Eco-friendly dentistry

From Wikipedia, the free encyclopedia
Jump to: navigation, search

Eco-friendly dentistry®[1] is defined by various dentists and dental organizations and primarily consists of general dentistry, oral surgery and other specialty dental services featuring green practices to reduce impact on the eco-system, the environment and patient treatment practices.


The first international reference to eco-friendly dentistry was published in a University of Waterloo study by Dr. Ali Farahani and Mittale Suchak on April 3, 2007.[2] In their study, they defined eco-friendly dentistry as an "approach to dentistry that implements sustainable practices by keeping resource consumption in line with nature's economy, by safeguarding the external environment by virtue of eliminating or reducing outgoing wastes and by promoting the well-being of all those in the clinical environment by conscious reduction of the chemicals in the breathable air."

On December 22, 2009, Dr. Steven Koos, DDS, MD trademarked and officially defined eco-friendly dentistry in the United States as a newly evolving practice of dentistry, which encompasses a simultaneous devotion to sustainability, prevention, precaution, and a minimally invasive patient-centric as well as global-centric treatment philosophy. Eco-friendly dentistry, through green design and operations, protects the immediate health of patients and team members, protects the health of the surrounding community, and protects the health of the global community and natural resources. Eco-friendly dentistry includes environmental consideration in medical facilities materials, medical waste management and patient treatment techniques and materials.[3]

Eco-friendly dentistry is often used synonymously with the term green dentistry.

US Patent and Trademark Image for Eco-friendly dentistry

Green Dentistry has been defined by the Eco Dentistry Association as "a high-tech approach that reduces the environmental impact of dental practices and encompasses a service model for dentistry that supports and maintains wellness."[4]


In 2008, the Eco Dentistry Association was co-founded by Dr. Fred Pockrass and his wife, Ina Pockrass.[5] The Eco-Dentistry Association (EDA) provides "education, standards and connection" to patients and dentists who practice green dentistry. The EDA aims to help dentists "come up with safe and reusable alternatives that lower a dentists' operating cost by replacing paper with digital media whenever possible."[6] As of February, 2011, the EDA has approximately 600 members.[7]

After the inception of the EDA, the dental industry saw more dentists and oral surgeons choosing to make their offices environmentally friendly.[8]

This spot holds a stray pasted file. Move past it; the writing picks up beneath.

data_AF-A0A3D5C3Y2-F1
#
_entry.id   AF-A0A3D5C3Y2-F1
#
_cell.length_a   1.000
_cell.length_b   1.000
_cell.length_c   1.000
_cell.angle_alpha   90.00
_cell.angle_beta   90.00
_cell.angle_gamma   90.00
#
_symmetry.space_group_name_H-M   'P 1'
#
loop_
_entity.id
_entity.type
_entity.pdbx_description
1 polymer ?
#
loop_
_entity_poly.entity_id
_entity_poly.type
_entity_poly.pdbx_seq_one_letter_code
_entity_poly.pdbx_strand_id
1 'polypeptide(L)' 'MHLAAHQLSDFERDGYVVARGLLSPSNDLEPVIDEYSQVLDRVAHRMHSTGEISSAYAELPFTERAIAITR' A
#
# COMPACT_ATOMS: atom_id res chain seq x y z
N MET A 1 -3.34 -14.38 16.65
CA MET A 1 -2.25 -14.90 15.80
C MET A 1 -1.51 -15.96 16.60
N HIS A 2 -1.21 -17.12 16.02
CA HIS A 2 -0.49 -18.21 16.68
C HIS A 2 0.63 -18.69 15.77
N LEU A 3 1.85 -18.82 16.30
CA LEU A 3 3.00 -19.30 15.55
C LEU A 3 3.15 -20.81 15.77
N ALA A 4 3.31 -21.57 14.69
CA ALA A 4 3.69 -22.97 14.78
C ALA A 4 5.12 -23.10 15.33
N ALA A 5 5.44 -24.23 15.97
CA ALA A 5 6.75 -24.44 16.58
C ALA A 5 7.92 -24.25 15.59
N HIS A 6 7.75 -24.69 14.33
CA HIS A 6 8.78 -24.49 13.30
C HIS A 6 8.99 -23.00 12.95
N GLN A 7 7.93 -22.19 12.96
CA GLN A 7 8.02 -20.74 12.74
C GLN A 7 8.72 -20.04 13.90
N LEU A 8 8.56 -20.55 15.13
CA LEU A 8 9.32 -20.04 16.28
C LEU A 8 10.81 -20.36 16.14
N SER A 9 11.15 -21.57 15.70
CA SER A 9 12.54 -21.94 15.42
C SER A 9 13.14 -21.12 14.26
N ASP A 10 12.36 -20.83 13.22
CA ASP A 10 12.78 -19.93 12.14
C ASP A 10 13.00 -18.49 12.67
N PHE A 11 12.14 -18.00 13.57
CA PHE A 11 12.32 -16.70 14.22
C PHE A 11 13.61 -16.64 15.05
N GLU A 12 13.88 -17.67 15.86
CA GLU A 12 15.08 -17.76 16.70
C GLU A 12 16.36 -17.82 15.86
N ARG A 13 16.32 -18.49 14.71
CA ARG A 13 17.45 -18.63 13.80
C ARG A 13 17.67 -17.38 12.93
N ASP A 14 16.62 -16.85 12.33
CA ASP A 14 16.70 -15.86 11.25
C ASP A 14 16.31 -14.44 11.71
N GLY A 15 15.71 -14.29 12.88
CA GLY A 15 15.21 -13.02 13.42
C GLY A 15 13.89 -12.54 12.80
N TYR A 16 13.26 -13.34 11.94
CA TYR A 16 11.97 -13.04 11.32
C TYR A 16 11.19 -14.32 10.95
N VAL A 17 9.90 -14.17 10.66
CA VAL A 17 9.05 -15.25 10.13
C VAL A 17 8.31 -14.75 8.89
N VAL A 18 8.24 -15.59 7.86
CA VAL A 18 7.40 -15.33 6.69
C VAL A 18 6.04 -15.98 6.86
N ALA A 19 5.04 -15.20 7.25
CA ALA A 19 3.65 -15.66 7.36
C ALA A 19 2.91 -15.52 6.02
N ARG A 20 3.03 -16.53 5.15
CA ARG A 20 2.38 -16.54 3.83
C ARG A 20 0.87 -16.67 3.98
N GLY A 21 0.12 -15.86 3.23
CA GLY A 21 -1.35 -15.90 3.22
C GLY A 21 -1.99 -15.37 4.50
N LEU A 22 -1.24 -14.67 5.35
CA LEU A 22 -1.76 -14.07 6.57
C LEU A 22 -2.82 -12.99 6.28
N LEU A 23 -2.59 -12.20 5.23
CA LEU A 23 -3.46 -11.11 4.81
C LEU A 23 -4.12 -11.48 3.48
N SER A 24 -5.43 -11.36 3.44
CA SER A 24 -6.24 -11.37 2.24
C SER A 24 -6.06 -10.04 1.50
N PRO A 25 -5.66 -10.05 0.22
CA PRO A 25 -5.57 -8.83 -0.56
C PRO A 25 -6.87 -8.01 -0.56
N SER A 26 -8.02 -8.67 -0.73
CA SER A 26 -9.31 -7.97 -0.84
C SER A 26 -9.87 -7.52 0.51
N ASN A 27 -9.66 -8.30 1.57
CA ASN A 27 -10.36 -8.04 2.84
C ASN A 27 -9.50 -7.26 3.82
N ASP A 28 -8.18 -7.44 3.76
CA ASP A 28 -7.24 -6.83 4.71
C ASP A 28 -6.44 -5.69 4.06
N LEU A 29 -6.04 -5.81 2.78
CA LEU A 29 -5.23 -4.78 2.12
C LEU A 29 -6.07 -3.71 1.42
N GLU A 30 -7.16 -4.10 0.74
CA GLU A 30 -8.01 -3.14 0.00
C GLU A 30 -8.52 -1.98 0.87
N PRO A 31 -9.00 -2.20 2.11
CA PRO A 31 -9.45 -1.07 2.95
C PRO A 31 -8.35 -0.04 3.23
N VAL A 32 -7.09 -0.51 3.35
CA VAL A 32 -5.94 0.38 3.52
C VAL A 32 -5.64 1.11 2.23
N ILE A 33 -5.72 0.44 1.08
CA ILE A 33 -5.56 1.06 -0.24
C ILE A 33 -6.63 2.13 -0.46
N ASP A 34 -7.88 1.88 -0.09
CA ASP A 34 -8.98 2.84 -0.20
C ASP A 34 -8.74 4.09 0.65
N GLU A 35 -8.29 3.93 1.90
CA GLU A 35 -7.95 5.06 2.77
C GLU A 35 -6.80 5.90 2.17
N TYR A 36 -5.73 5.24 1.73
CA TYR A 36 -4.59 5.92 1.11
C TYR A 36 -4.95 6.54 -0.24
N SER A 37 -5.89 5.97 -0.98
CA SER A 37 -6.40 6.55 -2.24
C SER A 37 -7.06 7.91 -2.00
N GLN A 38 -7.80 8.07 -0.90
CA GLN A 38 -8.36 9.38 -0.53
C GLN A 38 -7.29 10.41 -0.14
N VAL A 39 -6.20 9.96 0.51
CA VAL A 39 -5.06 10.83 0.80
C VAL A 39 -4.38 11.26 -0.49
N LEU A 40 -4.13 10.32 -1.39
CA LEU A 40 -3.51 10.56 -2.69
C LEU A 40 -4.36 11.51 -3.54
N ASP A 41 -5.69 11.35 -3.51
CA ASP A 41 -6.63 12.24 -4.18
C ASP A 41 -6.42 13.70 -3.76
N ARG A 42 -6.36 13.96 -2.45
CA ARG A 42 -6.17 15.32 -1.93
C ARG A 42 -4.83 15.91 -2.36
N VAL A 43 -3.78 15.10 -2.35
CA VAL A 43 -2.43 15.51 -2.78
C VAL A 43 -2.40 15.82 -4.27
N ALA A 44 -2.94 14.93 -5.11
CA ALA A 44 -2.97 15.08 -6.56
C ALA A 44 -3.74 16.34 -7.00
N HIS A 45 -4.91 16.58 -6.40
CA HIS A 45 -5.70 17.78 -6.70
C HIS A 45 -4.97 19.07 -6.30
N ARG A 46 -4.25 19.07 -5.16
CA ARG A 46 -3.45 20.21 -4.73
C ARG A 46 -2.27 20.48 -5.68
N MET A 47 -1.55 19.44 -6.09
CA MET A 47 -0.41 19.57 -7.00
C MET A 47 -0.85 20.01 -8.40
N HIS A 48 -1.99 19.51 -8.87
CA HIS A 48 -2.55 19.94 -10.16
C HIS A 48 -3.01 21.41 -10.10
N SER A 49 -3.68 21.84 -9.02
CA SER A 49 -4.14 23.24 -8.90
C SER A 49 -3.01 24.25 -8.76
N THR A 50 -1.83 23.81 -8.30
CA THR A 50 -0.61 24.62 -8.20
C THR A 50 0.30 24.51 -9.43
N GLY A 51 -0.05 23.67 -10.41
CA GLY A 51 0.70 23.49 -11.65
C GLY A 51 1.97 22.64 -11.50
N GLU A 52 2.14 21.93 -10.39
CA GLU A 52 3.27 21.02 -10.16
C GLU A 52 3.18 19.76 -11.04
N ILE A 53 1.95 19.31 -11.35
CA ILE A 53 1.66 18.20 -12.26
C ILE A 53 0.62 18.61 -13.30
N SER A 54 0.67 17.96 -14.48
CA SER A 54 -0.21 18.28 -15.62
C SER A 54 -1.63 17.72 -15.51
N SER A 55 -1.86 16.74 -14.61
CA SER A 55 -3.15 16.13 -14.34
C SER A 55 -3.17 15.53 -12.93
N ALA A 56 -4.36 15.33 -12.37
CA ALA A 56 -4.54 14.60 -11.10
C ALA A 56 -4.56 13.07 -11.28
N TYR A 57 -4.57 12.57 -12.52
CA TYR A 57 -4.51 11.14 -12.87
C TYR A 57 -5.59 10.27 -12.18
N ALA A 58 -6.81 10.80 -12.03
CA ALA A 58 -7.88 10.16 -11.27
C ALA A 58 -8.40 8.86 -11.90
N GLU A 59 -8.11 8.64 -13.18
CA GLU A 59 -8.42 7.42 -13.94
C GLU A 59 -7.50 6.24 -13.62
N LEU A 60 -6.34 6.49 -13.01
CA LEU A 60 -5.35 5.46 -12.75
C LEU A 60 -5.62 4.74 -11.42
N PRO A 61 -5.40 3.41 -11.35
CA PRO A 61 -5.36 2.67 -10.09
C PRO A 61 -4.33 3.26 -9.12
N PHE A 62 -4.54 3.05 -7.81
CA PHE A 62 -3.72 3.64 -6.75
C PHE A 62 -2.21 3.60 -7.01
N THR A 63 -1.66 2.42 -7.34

Mint Dental Works in Portland, Oregon was the first LEED-approved and certifiably green dental office in the United States.[9]

Also in 2008, Dr. Steven Koos, DDS, MD established the United States’ first fully green oral surgery facility in Chicago, Illinois, ORA® Oral Surgery & Implant Studio, focusing on sustainability and the practice of eco-friendly dentistry.[10][11][12][13] Dr. Koos is a dual-degree Chicago oral and maxillofacial surgeon and is an advisory board member for the Eco Dentistry Association[14] and a contributing member of the Council for Environmentally Responsible Surgery[15] with Practice Greenhealth.[16]

Elements of eco-friendly dentistry[edit]

Specific elements in office and building construction, office operations and patient practices distinguish the practice of eco-friendly dentistry in comparison to traditional dentistry.

Building and office construction[edit]

Office operations[edit]

  • Paperless patient charting and registration, electronic claims, electronic patient recall and reminders.
  • Digital radiography eliminating film manufacturing, toxic chemical processors and fixatives and reducing patient exposure to radiation.
  • Environmentally conscious purchasing of products and services.
  • Significant decreases in solid waste production and high ratios of recycling. Paper goods and products only from FSC certified sources.
  • Utilizing the authoritative benchmarks set forth by the Green Guide for Health Care(GGHC) and the Eco-Dentistry Association (EDA)
  • Utilizing 100% sustainable energy to power any facility.
  • Offsetting CO2 with certified carbon offsets and investment into reforestation campaigns.
  • Formulating a green team with designated responsibilities and goals
  • Recording and publishing metrics in relation to bio-hazardous waste, solid waste, recyclables, water consumption and energy consumption in order to set annual goals, implement improvements, and to compare to national benchmarks.
  • Incorporation of a formal Corporate Social Responsibility (CSR) program within the cooperate structure.
  • Elimination or diversion of bio-hazardous waste through Demolizer II units and/or Pella-DRX
  • Use of amalgam separator or mercury eliminator to prevent mercury from entering and contaminating municipal water system.
  • Use of dry vacuum systems and bulk instrument sterilization systems, in addition to automated low-flow faucets, and toilets for water conservation.
  • Formal Environmental Purchasing of Products and Services (EPPS)
  • Creating formal mission statement and adhering to the precautionary principle

Patient practices[edit]